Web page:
As these are developed further, even higher performance can be expected. The European Commission-funded AD700 programme aims to achieve an efficiency of 50—55 per cent for an advanced coal-fired plant by 2015.

This appears to put the USA in the shade: Converting the world's coal-burning fleet to high efficiency plant offers one effective short-term strategy for limiting carbon dioxide emissions albeit modestly. This is a measure that can begin to be implemented immediately. And while it will not reduce overall emissions it will slow their increase.

Emission reduction from coal plants will require another set of technologies: If higher efficiency in existing plants represents a short-term strategy to limit power plant carbon dioxide emissions then the zero-emissions plant is the medium-term solution. If we accept the arguments presented here that coal burning will continue well into the middle of this century, it is important that these technologies are brought into service as quickly as possible. In practice, that time scale is likely to be another decade at least.

To date there has been no coal plant scale demonstration of either capture or sequestration of carbon dioxide. Significant problems remain to be solved before either capture or storage can be implemented widely. Nevertheless, the basic technologies are in place and with sufficient investment there is no reason why they cannot be perfected over this time scale. Three different carbon-capture strategies are being developed in parallel today. These are termed post-combustion capture, pre-combustion capture and oxy-fuel combustion.

It is likely that each will have a part to play in the future of coal combustion and all three will be considered briefly here. The carbon dioxide, approximately 15 per cent by volume of the exhaust gases, is mixed primarily with nitrogen, so post-combustion capture involves the separation of these two gases. Separation can be achieved today most easily using a chemical absorption technique involving an aqueous solution of the solvent monoethanolamine MEA.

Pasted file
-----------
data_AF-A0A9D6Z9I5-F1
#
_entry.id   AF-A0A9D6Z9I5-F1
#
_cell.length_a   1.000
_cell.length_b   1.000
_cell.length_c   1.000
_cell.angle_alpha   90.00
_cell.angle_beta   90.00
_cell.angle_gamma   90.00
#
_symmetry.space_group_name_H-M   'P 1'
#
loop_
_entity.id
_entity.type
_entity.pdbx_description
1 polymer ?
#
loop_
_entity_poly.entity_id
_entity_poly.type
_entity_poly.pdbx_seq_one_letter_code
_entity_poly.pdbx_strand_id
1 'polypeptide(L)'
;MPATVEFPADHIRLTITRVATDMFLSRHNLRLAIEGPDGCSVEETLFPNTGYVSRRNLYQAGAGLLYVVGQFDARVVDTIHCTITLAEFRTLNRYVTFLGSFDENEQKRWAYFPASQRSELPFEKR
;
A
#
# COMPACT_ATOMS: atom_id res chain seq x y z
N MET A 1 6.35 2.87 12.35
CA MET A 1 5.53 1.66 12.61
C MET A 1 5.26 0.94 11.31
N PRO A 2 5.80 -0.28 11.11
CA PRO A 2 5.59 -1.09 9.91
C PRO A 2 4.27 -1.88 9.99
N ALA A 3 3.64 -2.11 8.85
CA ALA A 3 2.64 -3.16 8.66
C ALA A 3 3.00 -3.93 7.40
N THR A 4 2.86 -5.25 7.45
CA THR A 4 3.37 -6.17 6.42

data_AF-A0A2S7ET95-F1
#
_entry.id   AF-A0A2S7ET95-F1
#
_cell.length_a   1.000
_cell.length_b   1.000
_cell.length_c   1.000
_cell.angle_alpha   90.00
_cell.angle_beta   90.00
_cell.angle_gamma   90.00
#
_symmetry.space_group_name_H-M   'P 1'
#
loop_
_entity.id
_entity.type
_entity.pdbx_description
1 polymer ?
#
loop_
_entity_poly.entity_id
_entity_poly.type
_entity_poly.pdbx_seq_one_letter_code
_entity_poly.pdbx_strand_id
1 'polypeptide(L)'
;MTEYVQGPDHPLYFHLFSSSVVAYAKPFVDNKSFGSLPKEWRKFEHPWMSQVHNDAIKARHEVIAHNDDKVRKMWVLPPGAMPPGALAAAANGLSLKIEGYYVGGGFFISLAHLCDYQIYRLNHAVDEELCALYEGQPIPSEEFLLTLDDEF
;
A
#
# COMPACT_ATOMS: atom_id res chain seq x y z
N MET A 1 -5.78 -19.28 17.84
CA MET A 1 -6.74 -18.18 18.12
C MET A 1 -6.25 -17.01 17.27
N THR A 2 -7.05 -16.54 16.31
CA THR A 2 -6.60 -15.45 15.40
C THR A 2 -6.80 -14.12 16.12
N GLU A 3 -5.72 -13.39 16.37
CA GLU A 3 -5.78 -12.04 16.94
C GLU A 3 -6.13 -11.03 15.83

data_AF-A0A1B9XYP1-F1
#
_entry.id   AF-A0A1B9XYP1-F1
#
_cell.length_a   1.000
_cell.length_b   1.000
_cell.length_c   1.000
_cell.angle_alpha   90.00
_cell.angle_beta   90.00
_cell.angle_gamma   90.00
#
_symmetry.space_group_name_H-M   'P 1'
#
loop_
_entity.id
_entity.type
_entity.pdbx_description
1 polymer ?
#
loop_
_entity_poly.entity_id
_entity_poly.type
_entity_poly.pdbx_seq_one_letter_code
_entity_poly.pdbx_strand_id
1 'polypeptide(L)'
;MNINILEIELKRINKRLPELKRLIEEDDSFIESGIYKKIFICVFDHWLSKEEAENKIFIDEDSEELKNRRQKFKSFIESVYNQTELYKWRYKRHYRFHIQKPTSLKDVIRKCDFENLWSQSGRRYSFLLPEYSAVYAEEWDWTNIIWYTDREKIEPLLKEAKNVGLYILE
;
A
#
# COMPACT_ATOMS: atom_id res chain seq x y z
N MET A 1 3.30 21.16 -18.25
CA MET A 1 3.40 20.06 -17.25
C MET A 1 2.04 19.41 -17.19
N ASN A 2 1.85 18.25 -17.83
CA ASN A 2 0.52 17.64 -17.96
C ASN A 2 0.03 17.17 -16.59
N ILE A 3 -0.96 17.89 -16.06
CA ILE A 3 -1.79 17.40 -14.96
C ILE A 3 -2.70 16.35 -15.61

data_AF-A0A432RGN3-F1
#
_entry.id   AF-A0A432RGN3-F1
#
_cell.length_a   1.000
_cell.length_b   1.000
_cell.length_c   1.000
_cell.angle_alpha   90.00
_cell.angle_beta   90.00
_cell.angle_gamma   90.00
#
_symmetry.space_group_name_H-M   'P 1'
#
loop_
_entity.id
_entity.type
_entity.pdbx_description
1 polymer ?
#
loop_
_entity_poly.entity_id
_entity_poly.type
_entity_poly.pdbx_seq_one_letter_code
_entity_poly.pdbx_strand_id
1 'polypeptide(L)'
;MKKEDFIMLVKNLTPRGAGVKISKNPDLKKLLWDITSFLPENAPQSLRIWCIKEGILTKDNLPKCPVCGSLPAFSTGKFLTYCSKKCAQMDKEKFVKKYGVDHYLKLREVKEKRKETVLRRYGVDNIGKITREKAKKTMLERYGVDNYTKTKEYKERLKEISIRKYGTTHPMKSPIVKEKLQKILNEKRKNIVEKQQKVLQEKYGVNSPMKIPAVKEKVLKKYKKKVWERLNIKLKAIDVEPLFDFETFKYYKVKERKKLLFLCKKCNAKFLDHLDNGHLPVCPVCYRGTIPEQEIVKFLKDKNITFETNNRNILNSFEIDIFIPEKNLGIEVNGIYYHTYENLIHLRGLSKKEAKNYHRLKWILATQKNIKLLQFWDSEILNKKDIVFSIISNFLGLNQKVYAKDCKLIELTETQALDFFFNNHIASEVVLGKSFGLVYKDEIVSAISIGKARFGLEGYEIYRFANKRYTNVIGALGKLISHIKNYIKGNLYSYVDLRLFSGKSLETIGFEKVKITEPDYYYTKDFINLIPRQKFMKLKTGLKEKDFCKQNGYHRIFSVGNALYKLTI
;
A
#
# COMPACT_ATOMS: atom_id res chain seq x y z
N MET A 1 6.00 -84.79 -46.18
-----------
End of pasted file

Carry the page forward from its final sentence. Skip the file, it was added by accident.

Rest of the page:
This is carried out in a plant similar to that used for sulphur dioxide scrubbing. The flue gases from the power plant are passed up a tall tower from the sides of which a solution of MEA is sprayed into its path. With currently available technology, this can result in the capture of 80—95 per cent of the carbon dioxide within the exhaust gases.

The scrubbed flue gases are released into the atmosphere. Meanwhile, the MEA—carbon dioxide-containing solution is collected at the bottom of the tower, pumped to a second reactor and heated to release the carbon dioxide and regenerate the solvent.

This is an energy intensive process that is likely to reduce the overall plant conversion efficiency by 15 per cent. The released carbon dioxide an introduction to carbon and it many sources also be compressed prior to being pumped away for sequestration and this adds to the total energy burden, making an overall efficiency reduction with the two processes of approximately 25 per cent Breeze 2006.

The major advantage of post-combustion technology is that it can, in principle, be retrofitted to existing power plants. The effectiveness of this will depend both on the existing efficiency of the plant and the availability of space for the capture plant. Modern supercritical and ultra-supercritical plants would make good candidates for future post-combustion capture owing to their already high efficiencies. Pre-combustion capture, the second of the capture strategies envisaged for coal combustion plants, takes a different approach.

In this case, the idea is to avoid entirely the need to capture carbon dioxide after combustion by removing all the carbon from the fuel before combustion takes place, using a process of coal gasification. This process involves reacting coal at high temperature with a limited proportion of either air or oxygen and steam. The gasification reaction, which takes place under reducing conditions, produces a mixture of carbon monoxide and hydrogen, a mixture called synthesis gas, syngas for short.

The syngas still contains carbon in the form of carbon monoxide; this is converted in a second process called a shift reaction in which it is reacted again at high temperature with steam. The result of the reaction is a mixture of carbon dioxide and hydrogen. The separation of carbon dioxide from hydrogen can be carried out relatively simply using current pressure swing absorption technology that selectively removes the carbon dioxide, leaving almost pure hydrogen.